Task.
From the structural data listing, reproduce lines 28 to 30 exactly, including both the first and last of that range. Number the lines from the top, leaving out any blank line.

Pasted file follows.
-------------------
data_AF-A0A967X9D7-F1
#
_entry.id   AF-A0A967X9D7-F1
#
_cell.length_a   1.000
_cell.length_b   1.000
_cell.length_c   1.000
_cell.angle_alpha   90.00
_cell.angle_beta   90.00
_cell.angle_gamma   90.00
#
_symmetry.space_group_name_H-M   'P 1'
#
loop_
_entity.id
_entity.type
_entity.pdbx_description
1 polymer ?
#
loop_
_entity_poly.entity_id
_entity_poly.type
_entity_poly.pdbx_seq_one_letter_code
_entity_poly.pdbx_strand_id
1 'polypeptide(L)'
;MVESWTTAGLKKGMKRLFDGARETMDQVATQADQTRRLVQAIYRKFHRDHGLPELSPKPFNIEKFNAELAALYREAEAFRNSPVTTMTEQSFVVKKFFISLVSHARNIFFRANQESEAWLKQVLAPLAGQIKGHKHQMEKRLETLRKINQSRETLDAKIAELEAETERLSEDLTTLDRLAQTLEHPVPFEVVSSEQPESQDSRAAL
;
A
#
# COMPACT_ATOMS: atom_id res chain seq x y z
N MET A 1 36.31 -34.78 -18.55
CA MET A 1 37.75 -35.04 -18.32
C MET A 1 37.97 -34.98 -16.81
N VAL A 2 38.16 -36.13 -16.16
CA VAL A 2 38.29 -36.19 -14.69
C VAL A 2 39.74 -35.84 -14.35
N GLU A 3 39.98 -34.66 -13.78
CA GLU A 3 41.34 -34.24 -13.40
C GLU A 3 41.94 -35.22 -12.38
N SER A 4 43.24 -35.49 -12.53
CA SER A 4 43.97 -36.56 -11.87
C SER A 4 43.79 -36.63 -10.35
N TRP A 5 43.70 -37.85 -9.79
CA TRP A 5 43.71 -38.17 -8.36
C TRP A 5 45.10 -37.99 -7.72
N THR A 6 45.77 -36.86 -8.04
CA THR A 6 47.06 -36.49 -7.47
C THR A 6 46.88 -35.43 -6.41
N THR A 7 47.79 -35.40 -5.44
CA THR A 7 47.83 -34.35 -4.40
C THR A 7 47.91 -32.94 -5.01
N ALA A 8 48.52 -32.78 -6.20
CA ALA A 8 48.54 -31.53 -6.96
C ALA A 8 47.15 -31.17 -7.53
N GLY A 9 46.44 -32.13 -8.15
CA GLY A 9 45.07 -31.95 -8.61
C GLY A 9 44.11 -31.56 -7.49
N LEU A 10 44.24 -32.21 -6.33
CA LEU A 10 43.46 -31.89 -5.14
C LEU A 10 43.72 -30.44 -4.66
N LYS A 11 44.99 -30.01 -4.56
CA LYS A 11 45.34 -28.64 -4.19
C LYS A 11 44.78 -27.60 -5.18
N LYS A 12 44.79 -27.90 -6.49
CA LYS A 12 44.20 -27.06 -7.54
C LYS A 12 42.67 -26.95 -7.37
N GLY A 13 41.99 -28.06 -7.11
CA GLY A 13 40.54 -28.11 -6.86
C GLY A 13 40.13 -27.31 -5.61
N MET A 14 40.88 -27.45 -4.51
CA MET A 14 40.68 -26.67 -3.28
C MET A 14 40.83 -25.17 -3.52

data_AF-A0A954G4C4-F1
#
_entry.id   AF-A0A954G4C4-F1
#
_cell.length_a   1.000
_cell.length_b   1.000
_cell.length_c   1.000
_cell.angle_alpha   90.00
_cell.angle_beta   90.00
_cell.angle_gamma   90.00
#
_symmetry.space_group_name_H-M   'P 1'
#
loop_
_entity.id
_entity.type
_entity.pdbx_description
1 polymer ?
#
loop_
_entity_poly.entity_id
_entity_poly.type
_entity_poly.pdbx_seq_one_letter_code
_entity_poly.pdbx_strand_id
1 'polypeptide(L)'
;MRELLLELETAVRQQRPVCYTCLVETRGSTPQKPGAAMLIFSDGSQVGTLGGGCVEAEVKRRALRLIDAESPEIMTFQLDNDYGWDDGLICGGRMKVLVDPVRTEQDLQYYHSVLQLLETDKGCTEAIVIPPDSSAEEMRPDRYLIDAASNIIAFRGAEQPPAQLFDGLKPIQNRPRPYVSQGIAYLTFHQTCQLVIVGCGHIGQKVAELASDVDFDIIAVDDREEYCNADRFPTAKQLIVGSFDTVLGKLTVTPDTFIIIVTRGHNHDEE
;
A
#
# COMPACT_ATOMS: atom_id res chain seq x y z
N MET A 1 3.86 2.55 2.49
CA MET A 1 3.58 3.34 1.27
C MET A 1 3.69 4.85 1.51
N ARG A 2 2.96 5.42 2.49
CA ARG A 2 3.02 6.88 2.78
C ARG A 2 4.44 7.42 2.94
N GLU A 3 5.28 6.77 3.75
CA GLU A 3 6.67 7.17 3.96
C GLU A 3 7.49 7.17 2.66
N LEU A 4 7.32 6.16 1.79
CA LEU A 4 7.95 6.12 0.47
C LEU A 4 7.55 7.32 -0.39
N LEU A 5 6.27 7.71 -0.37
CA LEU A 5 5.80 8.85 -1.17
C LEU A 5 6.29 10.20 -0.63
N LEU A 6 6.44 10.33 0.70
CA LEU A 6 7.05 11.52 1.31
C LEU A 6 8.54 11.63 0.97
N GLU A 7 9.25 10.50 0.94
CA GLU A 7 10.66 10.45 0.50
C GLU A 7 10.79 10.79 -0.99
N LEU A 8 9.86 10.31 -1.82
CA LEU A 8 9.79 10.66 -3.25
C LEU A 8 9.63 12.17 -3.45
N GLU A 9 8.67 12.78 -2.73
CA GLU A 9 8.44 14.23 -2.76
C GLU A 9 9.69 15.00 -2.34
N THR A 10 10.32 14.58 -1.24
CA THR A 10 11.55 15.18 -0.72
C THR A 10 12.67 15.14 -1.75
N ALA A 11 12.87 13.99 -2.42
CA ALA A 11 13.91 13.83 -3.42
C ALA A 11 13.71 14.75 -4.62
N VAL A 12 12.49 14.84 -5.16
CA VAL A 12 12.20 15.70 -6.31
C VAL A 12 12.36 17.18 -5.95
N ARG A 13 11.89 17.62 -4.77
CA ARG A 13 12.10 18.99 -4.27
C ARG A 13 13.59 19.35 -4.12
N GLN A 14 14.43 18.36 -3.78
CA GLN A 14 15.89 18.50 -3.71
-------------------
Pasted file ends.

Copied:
A
#
# COMPACT_ATOMS: atom_id res chain seq x y z